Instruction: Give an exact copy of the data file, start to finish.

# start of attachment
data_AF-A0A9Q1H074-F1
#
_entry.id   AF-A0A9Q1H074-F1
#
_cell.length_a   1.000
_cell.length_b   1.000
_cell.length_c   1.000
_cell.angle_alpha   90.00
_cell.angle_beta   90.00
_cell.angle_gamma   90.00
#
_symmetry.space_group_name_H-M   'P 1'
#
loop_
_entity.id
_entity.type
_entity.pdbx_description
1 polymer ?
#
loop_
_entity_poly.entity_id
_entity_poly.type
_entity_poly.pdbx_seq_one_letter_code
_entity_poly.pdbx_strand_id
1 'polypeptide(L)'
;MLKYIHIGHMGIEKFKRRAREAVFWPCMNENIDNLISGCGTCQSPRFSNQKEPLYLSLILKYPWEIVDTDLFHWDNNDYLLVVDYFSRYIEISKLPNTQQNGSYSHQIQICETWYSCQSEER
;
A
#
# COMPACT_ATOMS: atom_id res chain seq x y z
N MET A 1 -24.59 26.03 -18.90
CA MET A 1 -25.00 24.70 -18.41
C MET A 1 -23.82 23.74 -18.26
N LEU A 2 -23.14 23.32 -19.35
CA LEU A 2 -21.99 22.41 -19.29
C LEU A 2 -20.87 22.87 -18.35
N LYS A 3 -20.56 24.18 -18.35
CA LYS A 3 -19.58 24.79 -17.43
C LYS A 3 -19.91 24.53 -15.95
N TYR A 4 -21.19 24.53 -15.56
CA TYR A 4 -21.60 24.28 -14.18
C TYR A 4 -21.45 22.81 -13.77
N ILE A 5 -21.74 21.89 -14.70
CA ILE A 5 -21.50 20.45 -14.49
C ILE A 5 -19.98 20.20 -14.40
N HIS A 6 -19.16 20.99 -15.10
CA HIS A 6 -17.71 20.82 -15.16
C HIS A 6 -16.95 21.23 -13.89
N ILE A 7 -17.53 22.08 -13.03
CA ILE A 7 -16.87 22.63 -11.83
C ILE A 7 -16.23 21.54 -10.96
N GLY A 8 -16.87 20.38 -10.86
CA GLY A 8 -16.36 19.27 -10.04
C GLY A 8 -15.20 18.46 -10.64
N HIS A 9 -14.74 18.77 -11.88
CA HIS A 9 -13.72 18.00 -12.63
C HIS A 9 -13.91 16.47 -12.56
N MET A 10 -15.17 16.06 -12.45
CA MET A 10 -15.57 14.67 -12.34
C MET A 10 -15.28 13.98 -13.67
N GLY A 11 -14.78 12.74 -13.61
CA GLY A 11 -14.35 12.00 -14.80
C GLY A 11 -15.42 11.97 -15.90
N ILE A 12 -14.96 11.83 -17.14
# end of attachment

data_AF-A0A9Q1H074-F1
#
_entry.id   AF-A0A9Q1H074-F1
#
_cell.length_a   1.000
_cell.length_b   1.000
_cell.length_c   1.000
_cell.angle_alpha   90.00
_cell.angle_beta   90.00
_cell.angle_gamma   90.00
#
_symmetry.space_group_name_H-M   'P 1'
#
loop_
_entity.id
_entity.type
_entity.pdbx_description
1 polymer ?
#
loop_
_entity_poly.entity_id
_entity_poly.type
_entity_poly.pdbx_seq_one_letter_code
_entity_poly.pdbx_strand_id
1 'polypeptide(L)'
;MLKYIHIGHMGIEKFKRRAREAVFWPCMNENIDNLISGCGTCQSPRFSNQKEPLYLSLILKYPWEIVDTDLFHWDNNDYLLVVDYFSRYIEISKLPNTQQNGSYSHQIQICETWYSCQSEER
;
A
#
# COMPACT_ATOMS: atom_id res chain seq x y z
N MET A 1 -24.59 26.03 -18.90
CA MET A 1 -25.00 24.70 -18.41
C MET A 1 -23.82 23.74 -18.26
N LEU A 2 -23.14 23.32 -19.35
CA LEU A 2 -21.99 22.41 -19.29
C LEU A 2 -20.87 22.87 -18.35
N LYS A 3 -20.56 24.18 -18.35
CA LYS A 3 -19.58 24.79 -17.43
C LYS A 3 -19.91 24.53 -15.95
N TYR A 4 -21.19 24.53 -15.56
CA TYR A 4 -21.60 24.28 -14.18
C TYR A 4 -21.45 22.81 -13.77
N ILE A 5 -21.74 21.89 -14.70
CA ILE A 5 -21.50 20.45 -14.49
C ILE A 5 -19.98 20.20 -14.40
N HIS A 6 -19.16 20.99 -15.10
CA HIS A 6 -17.71 20.82 -15.16
C HIS A 6 -16.95 21.23 -13.89
N ILE A 7 -17.53 22.08 -13.03
CA ILE A 7 -16.87 22.63 -11.83
C ILE A 7 -16.23 21.54 -10.96
N GLY A 8 -16.87 20.38 -10.86
CA GLY A 8 -16.36 19.27 -10.04
C GLY A 8 -15.20 18.46 -10.64
N HIS A 9 -14.74 18.77 -11.88
CA HIS A 9 -13.72 18.00 -12.63
C HIS A 9 -13.91 16.47 -12.56
N MET A 10 -15.17 16.06 -12.45
CA MET A 10 -15.57 14.67 -12.34
C MET A 10 -15.28 13.98 -13.67
N GLY A 11 -14.78 12.74 -13.61
CA GLY A 11 -14.35 12.00 -14.80
C GLY A 11 -15.42 11.97 -15.90
N ILE A 12 -14.96 11.83 -17.14